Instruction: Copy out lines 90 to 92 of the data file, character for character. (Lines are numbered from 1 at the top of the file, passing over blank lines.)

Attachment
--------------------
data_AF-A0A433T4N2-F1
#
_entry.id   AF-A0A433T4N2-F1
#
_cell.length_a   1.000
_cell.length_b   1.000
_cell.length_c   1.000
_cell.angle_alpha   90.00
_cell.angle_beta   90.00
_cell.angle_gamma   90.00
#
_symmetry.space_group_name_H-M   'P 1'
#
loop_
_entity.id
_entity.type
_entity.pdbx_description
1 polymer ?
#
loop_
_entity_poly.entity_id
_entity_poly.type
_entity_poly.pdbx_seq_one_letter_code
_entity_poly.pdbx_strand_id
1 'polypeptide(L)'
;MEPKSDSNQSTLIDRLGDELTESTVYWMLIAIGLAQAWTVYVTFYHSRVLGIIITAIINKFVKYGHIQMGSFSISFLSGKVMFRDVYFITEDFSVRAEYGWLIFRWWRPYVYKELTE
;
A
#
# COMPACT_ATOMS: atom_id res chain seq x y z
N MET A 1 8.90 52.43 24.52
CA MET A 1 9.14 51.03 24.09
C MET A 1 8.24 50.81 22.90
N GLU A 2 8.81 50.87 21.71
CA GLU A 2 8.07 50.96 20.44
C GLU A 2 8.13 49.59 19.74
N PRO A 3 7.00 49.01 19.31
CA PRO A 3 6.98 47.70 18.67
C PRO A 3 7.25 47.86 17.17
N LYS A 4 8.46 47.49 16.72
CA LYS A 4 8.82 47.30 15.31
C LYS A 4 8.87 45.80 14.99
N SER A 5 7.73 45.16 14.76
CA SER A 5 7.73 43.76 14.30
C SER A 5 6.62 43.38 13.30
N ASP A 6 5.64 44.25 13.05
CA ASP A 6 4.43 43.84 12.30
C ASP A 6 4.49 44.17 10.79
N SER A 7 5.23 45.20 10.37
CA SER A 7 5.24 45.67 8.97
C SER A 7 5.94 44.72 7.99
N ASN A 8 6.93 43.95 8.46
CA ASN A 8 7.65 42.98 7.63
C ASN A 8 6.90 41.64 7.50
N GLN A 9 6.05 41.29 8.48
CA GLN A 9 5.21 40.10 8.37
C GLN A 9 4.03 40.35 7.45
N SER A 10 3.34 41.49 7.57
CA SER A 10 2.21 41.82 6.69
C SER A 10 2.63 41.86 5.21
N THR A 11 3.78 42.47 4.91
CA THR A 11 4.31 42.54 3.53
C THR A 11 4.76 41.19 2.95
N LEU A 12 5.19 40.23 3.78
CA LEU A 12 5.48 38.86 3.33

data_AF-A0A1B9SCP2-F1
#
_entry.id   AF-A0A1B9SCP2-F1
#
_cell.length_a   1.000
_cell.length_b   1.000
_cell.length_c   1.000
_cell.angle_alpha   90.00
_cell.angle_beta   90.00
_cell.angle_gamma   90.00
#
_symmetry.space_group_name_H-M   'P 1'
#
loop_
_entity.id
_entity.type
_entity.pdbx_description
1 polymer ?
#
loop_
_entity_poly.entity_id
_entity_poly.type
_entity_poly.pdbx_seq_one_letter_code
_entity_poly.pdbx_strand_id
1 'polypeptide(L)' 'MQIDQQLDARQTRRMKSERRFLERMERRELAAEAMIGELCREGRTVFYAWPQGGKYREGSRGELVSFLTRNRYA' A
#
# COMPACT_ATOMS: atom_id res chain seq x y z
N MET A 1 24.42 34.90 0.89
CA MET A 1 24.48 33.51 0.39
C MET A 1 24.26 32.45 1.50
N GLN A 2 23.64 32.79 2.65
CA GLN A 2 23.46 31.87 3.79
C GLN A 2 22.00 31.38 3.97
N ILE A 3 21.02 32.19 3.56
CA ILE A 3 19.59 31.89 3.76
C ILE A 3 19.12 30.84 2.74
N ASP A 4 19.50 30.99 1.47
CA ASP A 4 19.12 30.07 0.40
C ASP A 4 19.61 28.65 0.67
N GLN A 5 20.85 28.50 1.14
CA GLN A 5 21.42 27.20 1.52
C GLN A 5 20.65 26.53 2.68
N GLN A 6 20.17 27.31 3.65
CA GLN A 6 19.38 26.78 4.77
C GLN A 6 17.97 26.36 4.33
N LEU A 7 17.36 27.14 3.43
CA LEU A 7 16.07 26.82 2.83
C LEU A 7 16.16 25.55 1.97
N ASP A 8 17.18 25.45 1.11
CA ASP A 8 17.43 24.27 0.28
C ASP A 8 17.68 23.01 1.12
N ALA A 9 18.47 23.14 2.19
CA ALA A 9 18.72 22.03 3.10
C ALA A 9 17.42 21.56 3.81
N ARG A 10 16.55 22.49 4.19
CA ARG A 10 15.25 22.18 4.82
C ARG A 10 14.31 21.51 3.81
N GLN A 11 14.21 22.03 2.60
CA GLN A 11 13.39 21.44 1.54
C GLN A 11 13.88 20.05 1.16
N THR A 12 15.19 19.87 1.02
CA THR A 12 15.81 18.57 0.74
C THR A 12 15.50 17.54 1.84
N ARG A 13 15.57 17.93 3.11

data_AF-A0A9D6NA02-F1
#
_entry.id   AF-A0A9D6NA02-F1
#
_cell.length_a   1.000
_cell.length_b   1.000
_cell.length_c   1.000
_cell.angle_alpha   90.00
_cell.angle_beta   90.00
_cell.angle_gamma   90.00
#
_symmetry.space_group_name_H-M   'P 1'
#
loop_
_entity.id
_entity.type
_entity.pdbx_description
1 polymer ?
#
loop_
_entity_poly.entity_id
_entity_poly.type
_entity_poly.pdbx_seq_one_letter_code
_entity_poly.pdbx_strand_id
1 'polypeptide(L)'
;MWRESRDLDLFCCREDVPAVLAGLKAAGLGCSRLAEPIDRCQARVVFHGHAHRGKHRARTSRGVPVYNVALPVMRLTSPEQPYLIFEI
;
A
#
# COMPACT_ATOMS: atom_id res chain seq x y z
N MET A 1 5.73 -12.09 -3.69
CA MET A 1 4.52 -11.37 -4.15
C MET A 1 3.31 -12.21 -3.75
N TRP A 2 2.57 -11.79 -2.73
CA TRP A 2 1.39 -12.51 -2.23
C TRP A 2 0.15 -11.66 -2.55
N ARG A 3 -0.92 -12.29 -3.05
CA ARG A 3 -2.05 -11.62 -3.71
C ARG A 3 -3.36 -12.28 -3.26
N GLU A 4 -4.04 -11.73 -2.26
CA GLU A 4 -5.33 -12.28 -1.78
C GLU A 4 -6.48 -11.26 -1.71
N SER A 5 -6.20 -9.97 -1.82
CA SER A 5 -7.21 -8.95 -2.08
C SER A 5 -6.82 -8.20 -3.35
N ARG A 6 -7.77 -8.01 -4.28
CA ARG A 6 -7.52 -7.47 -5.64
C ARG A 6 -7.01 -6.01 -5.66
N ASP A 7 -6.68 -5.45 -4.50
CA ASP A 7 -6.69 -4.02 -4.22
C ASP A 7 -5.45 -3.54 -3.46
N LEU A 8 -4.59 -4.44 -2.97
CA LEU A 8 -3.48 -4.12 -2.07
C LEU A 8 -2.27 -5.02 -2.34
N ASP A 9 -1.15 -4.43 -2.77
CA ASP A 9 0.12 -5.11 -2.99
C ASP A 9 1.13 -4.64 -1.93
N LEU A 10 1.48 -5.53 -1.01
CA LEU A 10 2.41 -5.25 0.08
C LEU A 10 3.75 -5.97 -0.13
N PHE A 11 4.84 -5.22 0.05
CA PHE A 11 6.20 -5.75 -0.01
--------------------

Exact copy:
1 'polypeptide(L)' 'MQIDQQLDARQTRRMKSERRFLERMERRELAAEAMIGELCREGRTVFYAWPQGGKYREGSRGELVSFLTRNRYA' A
#
# COMPACT_ATOMS: atom_id res chain seq x y z